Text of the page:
Plugin development handcuffs

I’ve built enough plugins to start to question certain aspects of the UE4 code base as it relates to plugin development. It seems to me that numerous attempts to hide functionality are handcuffing the process in general by requiring direct modification to the UE4 code base just to make a properly integrated plugin. I have two specific issues that I can immediately present…

Although MinimalAPI is designed to reduce link times, it makes integrating plugin classes an enormous pain. Often we are forced to include small/limited functionality directly from source instead of calling derived (but not exported) methods - this results in having to continually update and integrate new UE4 code as it comes in from each new version. Ultimately, the system should be set up so that any module you are dependent upon should be able to make all classes and methods for that module as exported. We simply need to be able to call derived methods without modifying the UE4 code base.

Another handcuff is that a lot of functionality simply isn’t even exported in general. If you want to override some of the material system you would likely need to directly insert code into the material system as opposed to building a plugin. For example, access to MaterialInstanceSupport is simply forbidden. I’m using a 3rd party plugin that integrates directly into the UE4 code base for this reason - and as a client it is awful to have to deal with version updates. But when I tried to create my own material system based plugin (a custom reflection/cubemap system), I ran into the same problem.

Plugins are an enormous help in development, but UE4 is seriously lacking compared to other engines in this respect. As far as I can tell the main culprit is that nearly all plugin development would require direct changes to the UE4 code base. Telling users of your plugin that they will need to modify the UE4 code base will often be a blocker. And if every plugin requires some form of UE4 code base modification, you are looking at a situation where no one is going to want to use those plugins as integration becomes a nightmare.

How are others overcoming this issue?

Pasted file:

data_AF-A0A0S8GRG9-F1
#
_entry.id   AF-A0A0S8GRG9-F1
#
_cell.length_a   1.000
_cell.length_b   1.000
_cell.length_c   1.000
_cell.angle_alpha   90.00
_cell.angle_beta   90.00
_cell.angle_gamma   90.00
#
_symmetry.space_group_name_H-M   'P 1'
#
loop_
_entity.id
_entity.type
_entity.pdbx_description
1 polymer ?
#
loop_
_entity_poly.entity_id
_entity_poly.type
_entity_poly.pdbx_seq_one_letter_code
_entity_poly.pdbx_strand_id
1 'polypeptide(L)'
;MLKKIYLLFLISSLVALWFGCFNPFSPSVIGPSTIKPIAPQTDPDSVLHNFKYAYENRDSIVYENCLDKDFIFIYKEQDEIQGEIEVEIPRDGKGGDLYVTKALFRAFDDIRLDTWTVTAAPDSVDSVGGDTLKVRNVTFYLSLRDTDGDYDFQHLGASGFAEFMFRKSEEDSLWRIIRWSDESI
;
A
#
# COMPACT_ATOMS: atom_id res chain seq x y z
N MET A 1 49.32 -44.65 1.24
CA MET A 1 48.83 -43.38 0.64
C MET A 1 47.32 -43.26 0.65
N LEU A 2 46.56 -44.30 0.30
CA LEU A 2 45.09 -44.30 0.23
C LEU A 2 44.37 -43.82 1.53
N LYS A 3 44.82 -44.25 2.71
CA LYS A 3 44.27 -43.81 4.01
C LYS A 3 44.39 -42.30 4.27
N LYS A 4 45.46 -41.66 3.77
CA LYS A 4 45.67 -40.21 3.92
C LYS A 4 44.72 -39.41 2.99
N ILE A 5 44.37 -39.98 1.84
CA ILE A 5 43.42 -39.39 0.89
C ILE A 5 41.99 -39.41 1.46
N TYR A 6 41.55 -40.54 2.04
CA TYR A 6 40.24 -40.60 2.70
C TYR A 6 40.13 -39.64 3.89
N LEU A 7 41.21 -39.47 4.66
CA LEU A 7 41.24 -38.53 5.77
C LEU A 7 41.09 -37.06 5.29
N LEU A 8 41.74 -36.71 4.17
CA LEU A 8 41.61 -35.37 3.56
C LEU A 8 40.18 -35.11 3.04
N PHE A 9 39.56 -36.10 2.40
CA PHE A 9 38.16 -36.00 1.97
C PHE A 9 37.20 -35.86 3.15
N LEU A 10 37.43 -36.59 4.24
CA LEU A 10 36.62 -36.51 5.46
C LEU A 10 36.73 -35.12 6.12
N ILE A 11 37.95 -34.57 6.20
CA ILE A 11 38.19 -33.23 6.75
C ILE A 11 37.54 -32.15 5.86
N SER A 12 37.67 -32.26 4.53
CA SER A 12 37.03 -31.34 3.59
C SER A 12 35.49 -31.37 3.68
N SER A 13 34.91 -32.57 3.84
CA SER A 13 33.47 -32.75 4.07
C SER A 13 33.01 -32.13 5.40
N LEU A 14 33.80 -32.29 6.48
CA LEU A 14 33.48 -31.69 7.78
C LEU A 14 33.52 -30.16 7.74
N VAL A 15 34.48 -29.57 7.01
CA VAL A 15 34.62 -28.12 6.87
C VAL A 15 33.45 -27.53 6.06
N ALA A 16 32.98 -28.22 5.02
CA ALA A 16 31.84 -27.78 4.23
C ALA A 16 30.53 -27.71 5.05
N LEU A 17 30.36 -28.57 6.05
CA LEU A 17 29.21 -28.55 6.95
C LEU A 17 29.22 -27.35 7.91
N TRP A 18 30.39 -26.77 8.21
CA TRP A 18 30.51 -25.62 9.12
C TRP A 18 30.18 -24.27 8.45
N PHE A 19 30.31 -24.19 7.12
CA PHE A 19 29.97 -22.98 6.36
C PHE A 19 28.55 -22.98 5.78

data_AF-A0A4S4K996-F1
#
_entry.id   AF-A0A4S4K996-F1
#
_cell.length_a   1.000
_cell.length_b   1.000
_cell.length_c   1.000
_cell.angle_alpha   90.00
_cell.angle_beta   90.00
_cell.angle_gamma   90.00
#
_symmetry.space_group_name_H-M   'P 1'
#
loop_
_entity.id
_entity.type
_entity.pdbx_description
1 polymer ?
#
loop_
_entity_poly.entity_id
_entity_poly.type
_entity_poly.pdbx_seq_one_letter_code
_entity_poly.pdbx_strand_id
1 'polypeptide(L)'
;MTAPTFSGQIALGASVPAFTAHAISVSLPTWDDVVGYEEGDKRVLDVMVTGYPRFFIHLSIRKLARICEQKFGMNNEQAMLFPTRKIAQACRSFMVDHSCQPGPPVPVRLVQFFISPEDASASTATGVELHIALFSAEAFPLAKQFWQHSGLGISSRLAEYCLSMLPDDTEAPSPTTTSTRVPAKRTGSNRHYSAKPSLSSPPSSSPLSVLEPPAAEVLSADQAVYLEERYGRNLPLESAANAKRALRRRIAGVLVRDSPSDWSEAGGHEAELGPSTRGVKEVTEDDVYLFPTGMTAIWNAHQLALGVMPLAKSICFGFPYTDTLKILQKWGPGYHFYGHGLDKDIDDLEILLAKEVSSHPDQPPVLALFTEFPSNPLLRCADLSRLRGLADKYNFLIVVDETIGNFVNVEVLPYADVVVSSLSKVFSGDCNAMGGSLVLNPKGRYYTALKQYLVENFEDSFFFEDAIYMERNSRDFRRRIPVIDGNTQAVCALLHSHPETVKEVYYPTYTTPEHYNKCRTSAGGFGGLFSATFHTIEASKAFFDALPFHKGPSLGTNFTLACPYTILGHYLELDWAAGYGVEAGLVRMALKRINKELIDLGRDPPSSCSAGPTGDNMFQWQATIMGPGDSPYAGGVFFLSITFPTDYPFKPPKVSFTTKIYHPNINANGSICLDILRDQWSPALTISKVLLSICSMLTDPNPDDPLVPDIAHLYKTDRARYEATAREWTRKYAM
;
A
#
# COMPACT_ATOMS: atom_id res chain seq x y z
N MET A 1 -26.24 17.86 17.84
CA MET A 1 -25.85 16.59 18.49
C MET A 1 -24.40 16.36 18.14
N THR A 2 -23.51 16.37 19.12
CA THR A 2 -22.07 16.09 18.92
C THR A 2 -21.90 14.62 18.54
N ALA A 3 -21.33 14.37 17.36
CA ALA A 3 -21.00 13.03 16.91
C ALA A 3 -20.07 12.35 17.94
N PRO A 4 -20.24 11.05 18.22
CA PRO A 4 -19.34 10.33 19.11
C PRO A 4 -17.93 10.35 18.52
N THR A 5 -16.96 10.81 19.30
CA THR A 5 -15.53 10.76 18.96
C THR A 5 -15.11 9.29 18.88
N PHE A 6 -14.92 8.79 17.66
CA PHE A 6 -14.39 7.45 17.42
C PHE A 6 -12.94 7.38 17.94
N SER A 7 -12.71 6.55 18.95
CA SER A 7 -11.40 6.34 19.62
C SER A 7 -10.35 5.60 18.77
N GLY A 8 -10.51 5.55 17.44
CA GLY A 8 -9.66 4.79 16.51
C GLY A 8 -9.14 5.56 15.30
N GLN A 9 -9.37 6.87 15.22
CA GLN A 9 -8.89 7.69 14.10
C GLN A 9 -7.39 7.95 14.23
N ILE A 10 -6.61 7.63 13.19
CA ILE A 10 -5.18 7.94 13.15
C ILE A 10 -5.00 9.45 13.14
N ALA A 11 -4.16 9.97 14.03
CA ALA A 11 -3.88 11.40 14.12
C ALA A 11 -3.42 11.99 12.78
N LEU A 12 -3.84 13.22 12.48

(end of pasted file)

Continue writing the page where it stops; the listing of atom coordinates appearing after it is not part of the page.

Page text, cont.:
Epic, can you address these issues?

I second this. Not to mention plugins simply don’t package in many cases. Though hopefully 4.8 will directly address that.

Yeah, I’ve been looking into aspects of the rendering system and adding functionality through plugins myself. It seems that any new shader file has to be placed directly into the Engine/Shader folder, which isn’t ideal for plugins. I could include a system for automatically placing required shaders in the correct directory but then I would have to include that in every plugin. I feel a much better system would be if the engine could search in Plugin/Shader folders for additional shaders by default.

Has anyone come up with any techniques to overcome these issues?

You could mount a separate folder in as if its content is part of the Engine/Shader folder.
It may be a bit like a bullet from behind through the knee into the eye, but should work :smiley:

Sorry you are running into issues with things you need not being exported :frowning: We get quite a few Pull Requests on GitHub for exporting additional functions, and usually integrate them quite quickly. That way we know that it’s useful functionality that works in a plugin, rather than just a shot in the dark.

I’m afraid I don’t know enough about the rendering side of things to comment on that.

Hi James,

Thank you for your response. It’s good to hear that you try to be responsive to such pull requests, but I still a see a few issue…

  1. Not backwards compatible with previous versions of Unreal
  2. Requires more effort by plugin developers - the developer would have to make the request and the requests may not be immediately approved (especially a request with numerous changes).
  3. If other plugin developers are not following this procedure then when you require your plugin to update would not work as that would then require integration from the other plugin developers.
  4. Does not promote community and experimentation - a person cannot just post some new tech idea to the forum without also making a pull request for exposing the unreal functions that they are using.

Large plugins can make development easier or even possible. But small plugins improve community and experimentation. Simplifying the process will bring about a flood of reusable tech to the community as a whole. One solution could be to have the system that builds the VS solution files access some other file (that contains a list of modules that will become open/exported) and create module specific build defines that would override the modules default export options.


Not to beat a dead horse, but how is it that UMaterialParameterCollection and UMaterialParameterCollectionInstance are MinimalAPI? It’s closed-off (only available in blueprints) basic classes like these that are kind of maddening. It’s hard to imagine that someone hasn’t mentioned or requested the exporting of these classes’ methods for use in c++ at least in passing. Requiring that developers request the opening of these methods is highly problematic - which leads to another item to add to my previous post’s list…

  1. We pull Unreal’s codebase from GitHub and disperse through perforce so when someone comes across a MinimalAPI gate they simply make the change within the perforce database - then when we next pull from Unreal (based on when 3rdParty middleware has also been updated) we have to go back through and reintegrate all the MinimalAPI related changes. At that point, we are already scrambling to get everything back up and running and have no time to research, separate, and request changes through GitHub.